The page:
Tuesday, 11 February 2014

"I know there aren't any bats..."

In my work I meet many bat roost owners, varying in attitude towards "their" bats from delighted to appalled and all points in between. I also encounter many people who are commissioning a bat survey because they have been obliged to do so. Often in the UK this occurs when someone applies to their local authority for planning consent to carry out work on a building. The law requires the local authority to consider protected species, so if there is any possibility for a bat roost to be present a bat survey must be carried out. "I know there aren't any bats there, but we have to have a survey" is often the client's opening gambit. It's not an unreasonable attitude: what little most people know about bats leads them to expect them to be highly visible, extremely rare and likely to roost in caves or gothic castles. Against that background it seems insane for a local authority to request a bat survey of a three bedroom suburban house, a 1970's primary school or a city centre council flat. Yet I and my colleagues frequently come across bat roosts in buildings like these.

This modern primary school is home to 280 Soprano Pipistrelles. They roost alongside the main entrance and most people think the noise is made by nesting birds.

Part of the problem is one of perception - bats are rare, that's why they're protected. Yet some bat species are very common. Here in central Scotland Soprano and Common Pipistrelles and Daubenton's Bats are all common, but have the same level of protection as rarities such as Whiskered Bats or Nathusius' Pipistrelles. Rarity isn't the sole reason for protection - vulnerability is a key issue. Our commonest species (in central Scotland), the Soprano Pipistrelle gather in their hundreds and even thousands to breed. The destruction of one of these roosts could harm the species over a large area. Bats reproduce very slowly - a single female will often only have one offspring in a good year and the need to gain weight swiftly in order to survive hibernation means that many do not survive. Thus bats are usually slow to recover from set-backs. Reducing prey availability caused by pesticides, illegal roost destruction through prejudice and stupidity and a host of other factors all combine to make legal protection essential.

Another factor in the misconception is the expectation that bats are visible in their roosts. We have Hollywood to thank for that. People expect to glance inside an attic and see a host of bats hanging from the ceiling, with their wings wrapped around their bodies. In the case of Horseshoe Bats that genuinely is the case, though bats tend to be a great deal smaller than they appear to be when in flight. Most other bat species in the UK roost in holes or crevices of one type or another, meaning that when they roost in buildings they are less likely to be visible to the uninitiated. Not long ago I surveyed a farm, the owner of which insisted there were no bats around his farm. Not only were there three species of bats roosting in his farm, there was a colony of about 80 Common Pipistrelles roosting alongside his bedroom window.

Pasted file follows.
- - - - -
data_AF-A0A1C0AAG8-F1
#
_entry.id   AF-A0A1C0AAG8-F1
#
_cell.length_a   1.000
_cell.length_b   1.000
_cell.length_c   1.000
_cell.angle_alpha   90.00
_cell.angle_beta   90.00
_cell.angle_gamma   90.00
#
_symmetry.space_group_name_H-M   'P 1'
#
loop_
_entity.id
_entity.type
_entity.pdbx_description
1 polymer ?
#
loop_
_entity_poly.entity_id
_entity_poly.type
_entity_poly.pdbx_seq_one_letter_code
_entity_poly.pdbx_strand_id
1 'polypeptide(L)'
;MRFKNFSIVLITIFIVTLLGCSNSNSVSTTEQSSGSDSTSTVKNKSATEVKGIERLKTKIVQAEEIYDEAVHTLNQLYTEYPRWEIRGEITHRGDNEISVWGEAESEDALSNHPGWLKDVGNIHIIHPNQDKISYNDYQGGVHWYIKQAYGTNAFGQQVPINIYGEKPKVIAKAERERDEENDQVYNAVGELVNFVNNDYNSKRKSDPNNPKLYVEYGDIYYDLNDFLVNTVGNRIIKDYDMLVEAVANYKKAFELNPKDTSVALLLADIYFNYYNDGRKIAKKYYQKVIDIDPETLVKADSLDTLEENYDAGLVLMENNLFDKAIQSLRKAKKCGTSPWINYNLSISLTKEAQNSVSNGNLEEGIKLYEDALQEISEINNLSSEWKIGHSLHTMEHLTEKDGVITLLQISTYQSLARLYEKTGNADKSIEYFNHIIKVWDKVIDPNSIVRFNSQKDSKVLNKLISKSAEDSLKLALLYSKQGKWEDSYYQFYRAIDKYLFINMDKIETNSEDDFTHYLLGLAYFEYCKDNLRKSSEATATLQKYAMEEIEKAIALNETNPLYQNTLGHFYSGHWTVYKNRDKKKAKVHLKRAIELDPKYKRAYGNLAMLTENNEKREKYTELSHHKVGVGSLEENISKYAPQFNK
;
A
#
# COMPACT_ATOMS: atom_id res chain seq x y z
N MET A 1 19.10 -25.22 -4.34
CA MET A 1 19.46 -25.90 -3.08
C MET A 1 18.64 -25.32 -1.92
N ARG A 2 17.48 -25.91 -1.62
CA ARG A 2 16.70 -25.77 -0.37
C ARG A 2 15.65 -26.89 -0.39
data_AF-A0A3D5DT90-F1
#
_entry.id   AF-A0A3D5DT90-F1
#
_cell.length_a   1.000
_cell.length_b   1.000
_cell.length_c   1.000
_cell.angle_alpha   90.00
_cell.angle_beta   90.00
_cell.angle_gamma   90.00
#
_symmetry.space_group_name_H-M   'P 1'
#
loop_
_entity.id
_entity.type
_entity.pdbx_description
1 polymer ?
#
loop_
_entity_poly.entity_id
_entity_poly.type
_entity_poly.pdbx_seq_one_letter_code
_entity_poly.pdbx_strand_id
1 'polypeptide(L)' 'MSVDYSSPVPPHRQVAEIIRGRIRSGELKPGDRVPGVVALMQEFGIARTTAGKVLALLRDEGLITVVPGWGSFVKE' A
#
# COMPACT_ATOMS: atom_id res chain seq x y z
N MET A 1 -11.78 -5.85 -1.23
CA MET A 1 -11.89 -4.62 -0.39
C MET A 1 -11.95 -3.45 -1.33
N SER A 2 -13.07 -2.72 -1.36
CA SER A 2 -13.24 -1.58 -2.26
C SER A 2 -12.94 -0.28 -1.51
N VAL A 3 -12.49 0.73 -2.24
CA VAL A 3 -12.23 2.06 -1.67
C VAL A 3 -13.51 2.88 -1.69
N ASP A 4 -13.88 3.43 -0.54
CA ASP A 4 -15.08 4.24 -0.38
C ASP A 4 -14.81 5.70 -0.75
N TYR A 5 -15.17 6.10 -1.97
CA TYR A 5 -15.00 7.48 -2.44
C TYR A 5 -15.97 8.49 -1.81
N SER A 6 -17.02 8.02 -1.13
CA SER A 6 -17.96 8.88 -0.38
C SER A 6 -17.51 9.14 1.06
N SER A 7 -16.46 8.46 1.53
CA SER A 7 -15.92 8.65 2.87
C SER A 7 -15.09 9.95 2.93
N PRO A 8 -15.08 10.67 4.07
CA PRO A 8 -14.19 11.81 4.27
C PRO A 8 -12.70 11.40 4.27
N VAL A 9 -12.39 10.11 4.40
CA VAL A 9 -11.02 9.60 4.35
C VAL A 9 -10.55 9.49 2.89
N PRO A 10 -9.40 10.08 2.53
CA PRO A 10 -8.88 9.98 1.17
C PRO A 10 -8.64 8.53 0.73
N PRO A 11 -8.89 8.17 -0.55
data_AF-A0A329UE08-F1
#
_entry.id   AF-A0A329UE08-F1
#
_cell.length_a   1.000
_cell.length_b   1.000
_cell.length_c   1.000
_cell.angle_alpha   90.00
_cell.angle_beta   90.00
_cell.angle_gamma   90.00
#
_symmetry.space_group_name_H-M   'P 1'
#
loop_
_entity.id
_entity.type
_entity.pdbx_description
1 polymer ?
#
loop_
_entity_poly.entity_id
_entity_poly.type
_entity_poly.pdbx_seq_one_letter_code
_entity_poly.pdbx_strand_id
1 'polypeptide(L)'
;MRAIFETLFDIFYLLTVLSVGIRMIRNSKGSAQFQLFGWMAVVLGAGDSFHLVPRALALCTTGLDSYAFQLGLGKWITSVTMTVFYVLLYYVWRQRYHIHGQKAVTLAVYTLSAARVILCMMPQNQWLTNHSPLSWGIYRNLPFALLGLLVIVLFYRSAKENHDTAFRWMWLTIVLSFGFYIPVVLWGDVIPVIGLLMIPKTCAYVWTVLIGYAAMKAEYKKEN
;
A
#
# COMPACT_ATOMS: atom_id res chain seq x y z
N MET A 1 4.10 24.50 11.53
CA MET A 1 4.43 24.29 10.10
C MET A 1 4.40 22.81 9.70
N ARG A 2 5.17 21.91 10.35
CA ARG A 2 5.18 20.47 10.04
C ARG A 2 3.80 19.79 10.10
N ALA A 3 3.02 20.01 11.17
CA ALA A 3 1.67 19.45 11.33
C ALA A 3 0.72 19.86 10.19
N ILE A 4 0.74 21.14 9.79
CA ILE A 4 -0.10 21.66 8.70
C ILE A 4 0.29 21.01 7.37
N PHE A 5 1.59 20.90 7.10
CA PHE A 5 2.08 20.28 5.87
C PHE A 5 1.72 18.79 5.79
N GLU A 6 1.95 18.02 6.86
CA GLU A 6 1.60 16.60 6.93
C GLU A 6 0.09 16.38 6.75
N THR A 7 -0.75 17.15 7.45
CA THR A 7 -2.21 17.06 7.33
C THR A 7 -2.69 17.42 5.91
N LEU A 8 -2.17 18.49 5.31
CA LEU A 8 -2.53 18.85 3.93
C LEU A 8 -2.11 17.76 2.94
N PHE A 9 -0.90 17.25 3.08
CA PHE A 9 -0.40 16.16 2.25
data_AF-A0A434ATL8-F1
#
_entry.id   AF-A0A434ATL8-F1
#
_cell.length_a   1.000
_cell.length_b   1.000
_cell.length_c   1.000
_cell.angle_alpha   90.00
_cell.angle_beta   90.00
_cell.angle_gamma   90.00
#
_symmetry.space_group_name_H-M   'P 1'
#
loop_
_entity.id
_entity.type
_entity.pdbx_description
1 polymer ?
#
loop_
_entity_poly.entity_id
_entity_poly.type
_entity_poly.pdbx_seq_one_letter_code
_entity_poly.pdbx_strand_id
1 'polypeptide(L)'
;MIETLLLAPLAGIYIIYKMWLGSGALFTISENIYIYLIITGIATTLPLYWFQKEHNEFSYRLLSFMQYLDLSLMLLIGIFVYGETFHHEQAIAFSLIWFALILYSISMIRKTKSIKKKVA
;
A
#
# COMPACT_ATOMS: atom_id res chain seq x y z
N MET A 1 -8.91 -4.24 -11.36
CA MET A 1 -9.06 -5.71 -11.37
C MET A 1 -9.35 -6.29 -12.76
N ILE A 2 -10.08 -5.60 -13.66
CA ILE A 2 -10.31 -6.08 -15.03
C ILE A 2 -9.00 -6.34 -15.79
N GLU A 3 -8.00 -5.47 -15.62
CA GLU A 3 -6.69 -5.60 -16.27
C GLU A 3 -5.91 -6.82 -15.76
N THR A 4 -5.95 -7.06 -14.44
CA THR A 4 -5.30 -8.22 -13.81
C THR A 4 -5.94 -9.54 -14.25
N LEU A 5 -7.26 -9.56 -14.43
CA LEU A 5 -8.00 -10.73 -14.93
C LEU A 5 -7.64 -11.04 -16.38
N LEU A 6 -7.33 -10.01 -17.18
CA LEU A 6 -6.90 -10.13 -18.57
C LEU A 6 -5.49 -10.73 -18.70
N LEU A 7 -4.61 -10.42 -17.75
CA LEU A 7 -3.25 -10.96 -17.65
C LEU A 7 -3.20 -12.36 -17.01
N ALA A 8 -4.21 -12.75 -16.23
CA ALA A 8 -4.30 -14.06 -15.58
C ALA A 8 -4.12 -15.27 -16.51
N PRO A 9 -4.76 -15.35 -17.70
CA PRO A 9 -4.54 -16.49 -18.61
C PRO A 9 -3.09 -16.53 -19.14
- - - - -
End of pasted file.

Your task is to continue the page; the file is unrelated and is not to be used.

This colony of Brown Long-eared Bats are tucked into a crevice between two roof beams. If disturbed they tend to move deeper into the crevice, out of sight.

I'm not sure where the popular conception that bats only roost in old buildings comes from. It's certainly true that large country mansions and castles usually do contain bat roosts, but this often has as much to do with the presence of undisturbed spaces and the maturity of surrounding habitat as anything else. Modern house builders are surprisingly good at including loose-fitting fascia boards, poorly attached flashing and many other features which bats find to their liking and it is usually in modern buildings that people are particularly surprised to find bats.

Not a building which fits with the popular vision of a building used by roosting bats, but 800 Soprano Pipistrelles roost under the slates of this house every summer.

I have no doubt that there are many buildings around the country containing bat roosts that the owners are unaware of. Either they don't notice the signs or don't recognise them for what they are. Two years ago I spent a couple of weeks flying (when I'm not working with bats I fly gliders) from an airfield in Leicestershire. The club house there is a single-storey, L-shaped building about five years old. In the shelter of the L-shape are comfy tables and chairs, accessible from the bar. It's a nice place to sit on a summer evening and is well-used by club members. I had only been there a couple of days when I realised that a colony of Common Pipistrelles were roosting  at the wall-head alongside these tables. Each evening as the sun started to go down around ten bats would emerge and fly through the group of people who were sitting drinking and chatting. Nobody ever noticed them! I suspect people occasionally glimpsed a bat and assumed it was a songbird. The club management were entirely unaware of the presence of a bat roost in their recently-build clubhouse. If they applied for planning permission to change it and were asked for a bat survey I expect they would be astonished and annoyed at being asked to commission a bat survey...

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